The Sidney Kimmel Cancer Center in Baltimore has been a world leader in research and patient care for many years, garnering more federal funding for its work than any other medical facility.
About Sidney Kimmel Cancer Center at Johns Hopkins
Its combination of science and medical programs continues to uncover new cancer mechanisms that are turned into novel therapeutics, leading to unprecedented success in fighting many cancers.
The center includes a lung cancer program that has a team of physicians dedicated to malignant pleural mesothelioma, a rare disease caused by exposure to asbestos.
- Dr. Julie Renee Brahmer, director of the Thoracic Oncology Program and co-principal investigator of the Johns Hopkins National Clinical Trials Network. She has been seeing mesothelioma patients for more than a decade
- Dr. Patrick Forte, assistant professor of oncology with a special interest in lung cancer and mesothelioma. He leads several international clinical trials involving novel immunotherapy drugs.
- Dr. Richard James Battafarano, Division of Thoracic Surgery director who specializes in the treatment of benign and malignant diseases of the chest. He does video-assisted thoracic surgery for lung cancer and esophageal cancers. His surgical interest in pleural mesothelioma stems from his time at Memorial Sloan Kettering Hospital in New York.
- Dr. Stephen Clyde Yang, professor of surgery and medical oncologist who also is involved in the esophageal cancer and lung cancer programs at Sidney Kimmel. His research interest is in the development of molecular markers for early-stage diagnosis of cancer, including pleural mesothelioma.
In 2016, John Hopkins launched the Bloomberg-Kimmel Institute for Cancer Immunotherapy, which quickly has become one of America’s leaders in the field.
Many oncologists believe that immunotherapy eventually will change the way cancer, including pleural mesothelioma, is treated.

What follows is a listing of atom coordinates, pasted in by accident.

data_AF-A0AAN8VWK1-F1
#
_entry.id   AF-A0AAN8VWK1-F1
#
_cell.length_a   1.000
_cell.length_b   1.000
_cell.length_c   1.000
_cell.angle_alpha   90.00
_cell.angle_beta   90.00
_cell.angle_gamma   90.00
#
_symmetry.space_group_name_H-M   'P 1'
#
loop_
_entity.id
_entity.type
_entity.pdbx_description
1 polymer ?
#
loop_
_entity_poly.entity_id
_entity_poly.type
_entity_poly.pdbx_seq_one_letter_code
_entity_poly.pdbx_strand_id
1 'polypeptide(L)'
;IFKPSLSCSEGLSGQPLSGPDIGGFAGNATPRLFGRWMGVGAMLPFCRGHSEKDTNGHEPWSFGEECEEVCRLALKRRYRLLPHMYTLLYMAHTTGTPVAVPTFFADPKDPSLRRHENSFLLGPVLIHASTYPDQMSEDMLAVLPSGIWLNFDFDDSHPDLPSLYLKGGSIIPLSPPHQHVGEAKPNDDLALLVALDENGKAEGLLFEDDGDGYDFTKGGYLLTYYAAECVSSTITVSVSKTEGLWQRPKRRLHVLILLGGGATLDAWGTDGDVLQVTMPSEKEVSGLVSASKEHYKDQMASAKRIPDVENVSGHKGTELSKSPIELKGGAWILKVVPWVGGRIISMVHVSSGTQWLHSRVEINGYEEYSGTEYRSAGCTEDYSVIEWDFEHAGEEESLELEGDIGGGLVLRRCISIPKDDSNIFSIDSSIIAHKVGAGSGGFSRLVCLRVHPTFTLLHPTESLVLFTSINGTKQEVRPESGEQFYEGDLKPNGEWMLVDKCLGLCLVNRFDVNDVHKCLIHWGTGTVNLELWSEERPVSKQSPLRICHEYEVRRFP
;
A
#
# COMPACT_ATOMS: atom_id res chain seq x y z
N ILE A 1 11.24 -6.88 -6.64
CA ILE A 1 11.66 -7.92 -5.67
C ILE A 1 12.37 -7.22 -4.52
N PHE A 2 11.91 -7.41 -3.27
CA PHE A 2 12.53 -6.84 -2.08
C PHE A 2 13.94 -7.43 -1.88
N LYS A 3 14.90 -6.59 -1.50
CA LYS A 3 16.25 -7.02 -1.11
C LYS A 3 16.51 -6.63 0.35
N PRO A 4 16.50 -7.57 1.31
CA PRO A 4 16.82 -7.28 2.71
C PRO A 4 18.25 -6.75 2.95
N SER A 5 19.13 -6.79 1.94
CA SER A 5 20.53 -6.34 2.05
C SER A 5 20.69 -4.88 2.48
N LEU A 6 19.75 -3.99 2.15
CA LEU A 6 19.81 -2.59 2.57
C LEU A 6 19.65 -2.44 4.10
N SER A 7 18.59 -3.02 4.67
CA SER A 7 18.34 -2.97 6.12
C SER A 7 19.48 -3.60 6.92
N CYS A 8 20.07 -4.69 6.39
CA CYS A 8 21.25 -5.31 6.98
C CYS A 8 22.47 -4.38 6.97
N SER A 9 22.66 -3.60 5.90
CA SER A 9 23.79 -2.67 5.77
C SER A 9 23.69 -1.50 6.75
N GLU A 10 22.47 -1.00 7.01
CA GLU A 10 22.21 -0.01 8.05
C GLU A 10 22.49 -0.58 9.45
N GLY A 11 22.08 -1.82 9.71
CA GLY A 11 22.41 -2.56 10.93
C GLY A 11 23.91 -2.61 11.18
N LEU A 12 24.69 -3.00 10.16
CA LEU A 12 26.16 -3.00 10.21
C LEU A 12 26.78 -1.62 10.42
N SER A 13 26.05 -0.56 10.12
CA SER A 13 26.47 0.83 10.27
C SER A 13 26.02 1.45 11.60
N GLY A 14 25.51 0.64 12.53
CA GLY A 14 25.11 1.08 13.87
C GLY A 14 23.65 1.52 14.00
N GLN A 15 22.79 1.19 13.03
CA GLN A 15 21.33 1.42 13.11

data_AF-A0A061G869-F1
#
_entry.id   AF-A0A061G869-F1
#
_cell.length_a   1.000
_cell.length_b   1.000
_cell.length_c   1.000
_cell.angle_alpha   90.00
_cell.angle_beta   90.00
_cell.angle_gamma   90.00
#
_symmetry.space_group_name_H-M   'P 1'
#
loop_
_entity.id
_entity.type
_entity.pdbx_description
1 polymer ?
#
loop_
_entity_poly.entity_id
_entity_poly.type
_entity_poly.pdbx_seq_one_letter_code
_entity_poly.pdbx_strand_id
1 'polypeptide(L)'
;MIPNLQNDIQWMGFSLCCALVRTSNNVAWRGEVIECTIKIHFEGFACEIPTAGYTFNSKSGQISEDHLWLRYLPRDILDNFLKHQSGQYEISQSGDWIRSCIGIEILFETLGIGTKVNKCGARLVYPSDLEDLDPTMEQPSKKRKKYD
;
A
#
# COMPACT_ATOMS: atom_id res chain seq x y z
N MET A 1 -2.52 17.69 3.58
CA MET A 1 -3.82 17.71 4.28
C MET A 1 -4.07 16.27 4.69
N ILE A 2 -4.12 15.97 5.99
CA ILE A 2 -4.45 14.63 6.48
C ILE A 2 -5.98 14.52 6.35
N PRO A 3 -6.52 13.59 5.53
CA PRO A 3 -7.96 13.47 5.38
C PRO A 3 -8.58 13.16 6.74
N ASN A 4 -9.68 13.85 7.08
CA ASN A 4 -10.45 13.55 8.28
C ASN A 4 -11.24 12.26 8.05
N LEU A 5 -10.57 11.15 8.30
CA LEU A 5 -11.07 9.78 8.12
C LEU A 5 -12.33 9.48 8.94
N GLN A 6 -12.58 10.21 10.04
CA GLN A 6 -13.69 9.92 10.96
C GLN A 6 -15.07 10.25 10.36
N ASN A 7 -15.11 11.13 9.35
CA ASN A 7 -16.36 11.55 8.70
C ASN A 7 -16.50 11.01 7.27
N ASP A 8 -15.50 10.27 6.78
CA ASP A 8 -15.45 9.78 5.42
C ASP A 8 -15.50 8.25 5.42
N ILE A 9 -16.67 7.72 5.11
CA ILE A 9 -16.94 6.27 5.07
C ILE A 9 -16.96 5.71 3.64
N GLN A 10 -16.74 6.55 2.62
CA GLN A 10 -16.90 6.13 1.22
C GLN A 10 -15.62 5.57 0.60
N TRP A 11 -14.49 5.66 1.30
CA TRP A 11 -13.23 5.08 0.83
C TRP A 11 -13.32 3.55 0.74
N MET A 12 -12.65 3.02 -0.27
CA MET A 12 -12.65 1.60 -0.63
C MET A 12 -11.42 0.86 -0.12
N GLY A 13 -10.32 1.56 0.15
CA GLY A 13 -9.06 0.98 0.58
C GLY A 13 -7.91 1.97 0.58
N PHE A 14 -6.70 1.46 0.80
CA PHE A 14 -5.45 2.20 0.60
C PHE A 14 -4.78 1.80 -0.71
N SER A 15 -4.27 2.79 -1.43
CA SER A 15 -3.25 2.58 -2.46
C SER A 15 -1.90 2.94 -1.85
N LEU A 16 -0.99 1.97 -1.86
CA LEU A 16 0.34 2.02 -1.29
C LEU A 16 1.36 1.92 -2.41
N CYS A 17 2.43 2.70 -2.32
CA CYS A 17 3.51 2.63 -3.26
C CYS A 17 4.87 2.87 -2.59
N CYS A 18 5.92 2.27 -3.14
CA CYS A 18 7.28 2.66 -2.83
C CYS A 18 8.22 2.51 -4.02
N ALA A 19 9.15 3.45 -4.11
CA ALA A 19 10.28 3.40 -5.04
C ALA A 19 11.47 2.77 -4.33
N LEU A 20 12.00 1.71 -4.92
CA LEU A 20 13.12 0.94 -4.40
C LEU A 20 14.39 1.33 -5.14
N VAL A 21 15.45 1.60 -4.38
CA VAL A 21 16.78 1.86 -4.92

Immunotherapy involves strengthening a patient’s own immune system and allowing it to destroy cancer cells without harming healthy cells.
“Immunotherapy is a game changer,” said Dr. Drew Pardoll, institute director at John Hopkins Medicine. “We believe the focused and collaborative research will advance immunotherapies to the point where the immune system will be able to beat 100 percent of cancers.”
Brahmer, who works closely with mesothelioma patients, published a study recently about the effectiveness of Opdivo (nivolumab) for lung cancer.
Clinical Trials Moving Forward
The Sidney Kimmel Cancer Center has six different clinical trials, either active-and-recruiting, or active, for mesothelioma.
One of those trials is studying the effectiveness of the immunotherapy drug Imfinzi (durvalumab), in combination with a standard chemotherapy for patients with unresectable disease.
Brahmer recently finished a clinical trial involving a new chemical compound made to target tumor cells. It showed improved progression-free survival and longer overall survival for mesothelioma patients.
The Sidney Kimmel Cancer Center provides a personalized, multidisciplinary treatment regimen for mesothelioma that often includes a combination of surgery, chemotherapy and radiation.
The center also provides patients and families with counseling and survivor support, cancer education programs, on-site social workers and spiritual support. It has a unique Art of Healing Program, which combines standard treatment with alternative medicine.